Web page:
Jennifer’s character seems to go beyond this idea of the Final Girl, because once the four rapists are at bay, the roles are reversed and The Day Of The Woman becomes a film that is about her pursuit of the men rather than the other way around. Stylistically, the film represents a grim, brutal naturalism. During the rape scenes that take up most of the first half of the movie, Jennifer is covered in mud and blood, her attackers are made to seem like crazed animals, and among the country redneck rapists the only man capable of securing any sympathetic male identification is a retarded boy who is coerced into participating in the rape by the others. The Day Of The Woman visually unites us with Jennifer Hills as she strangles, castrates, axes, and dismembers her victims during the entire last half of the movie (Green, 190). I believe that in this film, the male consciousness is not so much divided as reintegrated. Jennifer is a hero, and this film is not about the masochistic erotics of death, but instead about the sadistic erotics of brutal violence. Jennifer Hills (Camille Keaton) becomes a figure much like a Clint Eastwood or Charles Bronson character, the virtuous killer.
Barbara Creed writes that The Day Of The Woman is misogynistic in its representation of women. She argues this because the scenes in which Jennifer carries out her revenge are deliberately eroticized. Jennifer engages in intercourse with Matthew before killing him, and she also uses her sexuality to lure Johnny into the bathtub with her. Zarchi argues that after being raped, sex is nothing to Jennifer. It is meaningless. Creed states that the “woman is made monstrous because she castrates, or kills, the male during coition” (Creed, 129). However, this can only be true if Jennifer is made out to be monstrous to male viewers. It is possible that some male audience members might feel threatened, or hate Jennifer for being an independent writer who writes for a woman’s magazine. She is a strong, single, city girl who makes her own living.. For some men, this might be a threat. My own personal response is that she is rightfully taking enjoyable vengeance on a bunch of evil rapists, but I am female spectator thus I do not feel the anxiety a male spectator might experience. As a female spectator, I enjoyed the death and castration of the male characters. Barbara Creed specifically writes about The Day Of The Woman:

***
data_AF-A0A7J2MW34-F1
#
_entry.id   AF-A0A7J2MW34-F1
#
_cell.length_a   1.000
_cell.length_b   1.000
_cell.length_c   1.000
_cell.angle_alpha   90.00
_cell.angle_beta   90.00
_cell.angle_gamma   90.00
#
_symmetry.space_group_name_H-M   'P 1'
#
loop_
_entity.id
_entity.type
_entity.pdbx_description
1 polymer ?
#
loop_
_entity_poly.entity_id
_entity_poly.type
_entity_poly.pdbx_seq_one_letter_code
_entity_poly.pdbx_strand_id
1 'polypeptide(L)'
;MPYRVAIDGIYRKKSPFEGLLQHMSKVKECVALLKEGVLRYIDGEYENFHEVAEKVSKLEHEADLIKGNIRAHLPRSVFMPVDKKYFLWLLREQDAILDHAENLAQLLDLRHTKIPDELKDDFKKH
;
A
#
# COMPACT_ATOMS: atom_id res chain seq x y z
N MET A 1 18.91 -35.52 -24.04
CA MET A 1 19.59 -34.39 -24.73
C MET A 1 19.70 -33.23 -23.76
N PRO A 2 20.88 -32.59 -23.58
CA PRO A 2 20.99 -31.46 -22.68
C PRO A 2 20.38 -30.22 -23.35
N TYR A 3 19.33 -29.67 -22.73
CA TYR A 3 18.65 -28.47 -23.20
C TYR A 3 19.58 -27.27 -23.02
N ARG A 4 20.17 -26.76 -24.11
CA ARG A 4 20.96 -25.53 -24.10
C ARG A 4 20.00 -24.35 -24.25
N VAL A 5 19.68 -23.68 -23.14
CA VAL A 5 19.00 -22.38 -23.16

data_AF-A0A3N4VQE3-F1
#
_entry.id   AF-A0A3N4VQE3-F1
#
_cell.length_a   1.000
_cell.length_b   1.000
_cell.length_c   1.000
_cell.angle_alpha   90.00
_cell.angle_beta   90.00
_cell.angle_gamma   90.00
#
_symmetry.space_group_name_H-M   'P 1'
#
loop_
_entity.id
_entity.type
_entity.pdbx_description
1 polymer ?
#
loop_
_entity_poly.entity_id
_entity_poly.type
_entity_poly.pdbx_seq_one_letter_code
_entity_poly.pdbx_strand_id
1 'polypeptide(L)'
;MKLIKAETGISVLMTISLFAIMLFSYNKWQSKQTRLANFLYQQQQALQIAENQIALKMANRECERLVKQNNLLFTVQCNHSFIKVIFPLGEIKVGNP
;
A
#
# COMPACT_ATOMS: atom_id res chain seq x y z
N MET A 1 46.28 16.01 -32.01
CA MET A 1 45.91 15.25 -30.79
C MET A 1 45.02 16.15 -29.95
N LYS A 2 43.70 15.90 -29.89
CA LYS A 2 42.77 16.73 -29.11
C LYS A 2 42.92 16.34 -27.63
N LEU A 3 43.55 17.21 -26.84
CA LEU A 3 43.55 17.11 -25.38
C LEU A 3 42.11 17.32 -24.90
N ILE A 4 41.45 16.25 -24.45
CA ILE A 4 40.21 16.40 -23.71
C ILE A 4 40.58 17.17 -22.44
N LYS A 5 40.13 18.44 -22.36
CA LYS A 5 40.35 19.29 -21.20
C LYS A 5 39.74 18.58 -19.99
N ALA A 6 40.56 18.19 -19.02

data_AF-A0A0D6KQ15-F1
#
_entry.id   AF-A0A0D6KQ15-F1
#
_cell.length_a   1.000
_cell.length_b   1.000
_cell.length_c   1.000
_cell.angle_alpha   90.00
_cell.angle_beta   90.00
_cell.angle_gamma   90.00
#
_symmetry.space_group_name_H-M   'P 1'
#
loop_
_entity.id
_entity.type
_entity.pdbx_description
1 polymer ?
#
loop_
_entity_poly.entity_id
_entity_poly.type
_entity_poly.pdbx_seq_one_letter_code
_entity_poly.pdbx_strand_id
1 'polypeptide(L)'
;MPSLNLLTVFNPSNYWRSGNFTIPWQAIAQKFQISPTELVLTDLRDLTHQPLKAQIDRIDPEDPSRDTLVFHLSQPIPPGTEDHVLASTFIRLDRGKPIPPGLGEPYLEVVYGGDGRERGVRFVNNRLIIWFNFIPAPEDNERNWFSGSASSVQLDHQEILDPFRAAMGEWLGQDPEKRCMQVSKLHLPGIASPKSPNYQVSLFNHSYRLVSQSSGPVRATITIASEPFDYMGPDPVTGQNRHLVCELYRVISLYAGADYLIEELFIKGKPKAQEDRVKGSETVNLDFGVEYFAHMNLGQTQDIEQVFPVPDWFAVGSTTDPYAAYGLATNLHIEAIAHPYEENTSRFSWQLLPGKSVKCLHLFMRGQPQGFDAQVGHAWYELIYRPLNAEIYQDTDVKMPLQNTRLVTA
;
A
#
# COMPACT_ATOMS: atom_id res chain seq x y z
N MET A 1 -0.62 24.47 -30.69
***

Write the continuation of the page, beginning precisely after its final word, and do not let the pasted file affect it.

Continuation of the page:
The rape scenes are filmed in such a way that the woman becomes a complete and total victim. She is hunted down, degraded, humiliated and tortured. She is beaten, kicked, and punched. When one of the rapists assaults her... he says that what he likes in a woman is ‘total submission’ (Creed, 126).
The rape scene is indeed painful to watch, and I do believe that it is not entirely necessary to show such a horrific scene in order to make the spectator feel uncomfortable and upset. Still, I do not believe that the film fits Creed’s description of misogynist. The scenes in The Day Of The Woman where the vengeful rape victim blows away, castrates, and destroys her tormentors serves several purposes for the masculine audience. The film punishes each rapist one by one. Johnny is castrated, which is something that Mulvey states as every male spectator’s biggest fear (Mulvey, 35). The film also allows male viewers to identify with the commission of sadistic violence by a woman, Jennifer. The film does often present problems that are ambiguous, if only in a limited sense inscribed in spectators’ reception of the text. To some extent the film offers a different attitude from the male-centered, voyeuristic attitude toward rape that Molly Haskell describes in her discussion of earlier films that portrayed rape, From Reverence To Rape (Haskell, 3-7). Haskell states that there is no textual ambiguity in these earlier films, but rather only an occasional and emotional invocation of the law/police set against the visual enjoyment of the act. The law does not come into play in The Day Of The Woman. Jennifer takes control of the situation herself. In The Day Of The Woman, rape now has consequences and a price and that price is utterly embedded in the traditional male symbolization of vengeful heroism (Green, 191).